Daniel Bezte has a special interest in farm weather, which he follows from a small farm near Winnipeg, where he has his own computerized weather station. He has been a regular contributor to other farm publications including the Farmers’ Independent Weekly and the Manitoba Co-operator. Daniel has a degree in geography, specializing in climatology, from the University of Winnipeg.
He welcomes questions and comments at [email protected]
With the snow comes thoughts of Christmas, and what better way to say “I love you” than to buy that special person in your life their very own weather station? I covered this topic last year and I noticed several readers did get a nice shiny new weather station, so I figured I would try to help out those unfortunates who missed out! Just imagine Christmas morning, seeing that present under the tree that looks like it would be the right size to be a complete weather station, and then the anticipation as the presents are handed out, and finally tearing off the wrapping to finally see that shiny new weather station – it’s like reclaiming your childhood!
As with most things, money will usually buy you quality. Keep this in mind when you see a $50 or $75 complete home weather station in your local big-box store. I’m not saying they are necessarily bad, but you often will get what you pay for.
What exactly makes up a weather station? The first and probably most important parts are the sensors. Complete weather stations will consist of an anemometer (measures wind speed and wind direction) and some kind of self-emptying rain gauge, along with temperature, humidity and barometric pressure sensors. Most weather stations will also measure indoor temperature and humidity. Some higher-end weather stations will include solar radiation, UV and additional temperature and humidity sensors, as well as those for leaf wetness and soil moisture.
Once you have these sensors there are a number of other weather parameters that can be calculated such as dew point, wind chill, heat index and evapotranspiration. Most stations include a display console, which will display the data for you to see, and some stations will also include a data logger that will allow you to send the data to a computer.
The display console or data logger communicates with the sensors through cables (wires) or through cable-free (wireless) transmission. The console records the highs and lows, provides programmable alarms and can often connect to a personal computer for advanced data collection and graphic analysis. Software can connect to the Internet, create web pages, send e-mail alerts, post data to free weather servers, and integrate weathercam images. All in all, they can pretty much do almost anything you want them to do.
When choosing a weather station there are a few things you need to watch for. Accuracy is the ability of a measurement to match the actual value of the quantity being measured. The better-quality stations are usually accurate to within a couple of percentage points, whereas some of the lower-end stations can be off by as much as 10-12 per cent. Looking at the most commonly available stations out there, the Davis Vantage Pro2 weather stations are the best for accuracy and range of readings.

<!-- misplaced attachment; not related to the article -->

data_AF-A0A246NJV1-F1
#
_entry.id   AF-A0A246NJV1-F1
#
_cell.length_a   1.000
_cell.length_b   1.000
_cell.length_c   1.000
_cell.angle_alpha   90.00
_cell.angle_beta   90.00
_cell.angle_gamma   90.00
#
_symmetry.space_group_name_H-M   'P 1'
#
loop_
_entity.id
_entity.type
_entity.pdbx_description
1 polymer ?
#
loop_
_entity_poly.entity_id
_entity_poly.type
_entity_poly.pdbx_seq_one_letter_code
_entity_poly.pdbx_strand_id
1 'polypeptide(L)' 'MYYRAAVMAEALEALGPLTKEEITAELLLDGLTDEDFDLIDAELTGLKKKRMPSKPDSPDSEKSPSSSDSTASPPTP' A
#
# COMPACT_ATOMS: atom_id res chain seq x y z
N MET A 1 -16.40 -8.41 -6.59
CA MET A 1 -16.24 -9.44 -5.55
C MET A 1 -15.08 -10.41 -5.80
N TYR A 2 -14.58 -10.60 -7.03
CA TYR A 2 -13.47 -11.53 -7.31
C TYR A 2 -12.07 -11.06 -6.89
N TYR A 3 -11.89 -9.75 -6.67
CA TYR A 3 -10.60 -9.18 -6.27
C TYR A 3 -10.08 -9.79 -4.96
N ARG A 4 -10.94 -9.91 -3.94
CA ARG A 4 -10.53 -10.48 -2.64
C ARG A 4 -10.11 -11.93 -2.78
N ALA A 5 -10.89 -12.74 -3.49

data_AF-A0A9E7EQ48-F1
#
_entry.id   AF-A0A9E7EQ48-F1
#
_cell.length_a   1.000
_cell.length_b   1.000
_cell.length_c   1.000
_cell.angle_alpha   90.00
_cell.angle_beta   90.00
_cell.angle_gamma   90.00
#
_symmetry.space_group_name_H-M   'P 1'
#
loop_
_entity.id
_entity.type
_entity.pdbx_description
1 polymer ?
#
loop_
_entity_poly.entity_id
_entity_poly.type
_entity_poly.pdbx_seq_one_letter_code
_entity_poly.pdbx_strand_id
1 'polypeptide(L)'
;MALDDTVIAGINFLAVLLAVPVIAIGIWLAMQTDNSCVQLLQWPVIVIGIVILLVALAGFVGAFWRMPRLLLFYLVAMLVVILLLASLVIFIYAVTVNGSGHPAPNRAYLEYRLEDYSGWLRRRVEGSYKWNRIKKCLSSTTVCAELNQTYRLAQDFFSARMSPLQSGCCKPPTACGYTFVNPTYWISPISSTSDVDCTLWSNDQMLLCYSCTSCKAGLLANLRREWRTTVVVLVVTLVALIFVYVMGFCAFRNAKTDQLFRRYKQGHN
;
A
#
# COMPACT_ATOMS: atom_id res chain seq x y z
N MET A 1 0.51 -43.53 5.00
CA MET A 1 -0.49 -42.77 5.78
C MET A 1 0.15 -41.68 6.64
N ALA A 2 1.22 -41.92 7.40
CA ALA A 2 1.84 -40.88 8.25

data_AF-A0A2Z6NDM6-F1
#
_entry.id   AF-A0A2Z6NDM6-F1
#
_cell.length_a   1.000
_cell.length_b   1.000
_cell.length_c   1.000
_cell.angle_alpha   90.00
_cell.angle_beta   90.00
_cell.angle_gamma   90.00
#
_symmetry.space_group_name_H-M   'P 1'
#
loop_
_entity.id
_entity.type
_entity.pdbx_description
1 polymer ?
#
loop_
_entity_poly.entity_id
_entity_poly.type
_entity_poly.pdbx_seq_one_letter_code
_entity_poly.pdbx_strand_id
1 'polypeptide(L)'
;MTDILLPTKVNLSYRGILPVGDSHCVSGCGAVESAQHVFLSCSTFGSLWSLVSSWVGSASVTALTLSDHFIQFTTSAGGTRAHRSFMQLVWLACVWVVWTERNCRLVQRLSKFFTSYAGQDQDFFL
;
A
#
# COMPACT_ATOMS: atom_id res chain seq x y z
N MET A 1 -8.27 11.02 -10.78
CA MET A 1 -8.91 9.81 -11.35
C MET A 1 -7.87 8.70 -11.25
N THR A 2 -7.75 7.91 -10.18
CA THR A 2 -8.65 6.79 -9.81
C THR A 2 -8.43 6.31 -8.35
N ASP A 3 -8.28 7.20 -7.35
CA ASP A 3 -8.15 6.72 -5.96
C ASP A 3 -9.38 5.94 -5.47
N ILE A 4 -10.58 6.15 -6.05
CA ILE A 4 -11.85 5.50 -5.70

Accessories (the ability to add onto your station) can also be important for some people. Being able to add on additional sensors, such as for soil moisture and leaf wetness, can greatly expand the usefulness of a station. Davis Instruments provides the largest collection of accessories for your weather station.
Ease of setup is also important, and the widespread implementation of wireless technology greatly simplifies weather station installation. Wired stations are generally cheaper to buy, and if you don’t mind having to run wires to your instruments, this can save you a few bucks. Davis Instrument Vantage Pro2 and Pro2 Plus have proven wireless reliability.
Most wireless stations claim that they can communicate within a 1,000-foot range, but a typical distance to expect with most wireless stations is around 200 to 300 feet. Some stations, such as the Davis ones, have repeaters that are available to extend the range an additional 1,000 or so feet. If you have really big distances to cover, the wireless range can be extended to several miles with optional Yagi antenna pairs.
In general, cost is dictated by features, reliability, accuracy and wired versus wireless transmission. In the area of low cost, La Crosse is the low-cost leader; as for reliability, I have heard mixed reviews. As for value, the Davis Vantage Pro2 offers more features and reliability for the cost. I have had a Davis station for nearly 12 years and the only problem I’ve had was someone breaking into my house and ripping the wires out of it when they tried to steal it. Oregon Scientific WMR100 and WMR90A are also very good for cost and most owners who I have talked to are fairly pleased with them – but none of them have owned one for more than a couple of years.
After searching the Internet and checking out various online stores for costs, I found that most sites were very close to each other. Unfortunately, most of the sites are American, which means you may have to deal with some brokerage fees. Here are some of the better prices I’ve found for wireless stations – prices are in U. S. dollars.
Davis Vantage Pro2: $397.
Davis Vantage Pro2 Plus: $668.
To connect to a computer you’ll need to add another $120.
Oregon Scientific WMR90A: $139.
Oregon Scientific WMR100N: $200.
Oregon Scientific WMR200A: $360.
La Crosse Technology WS-2315: $105.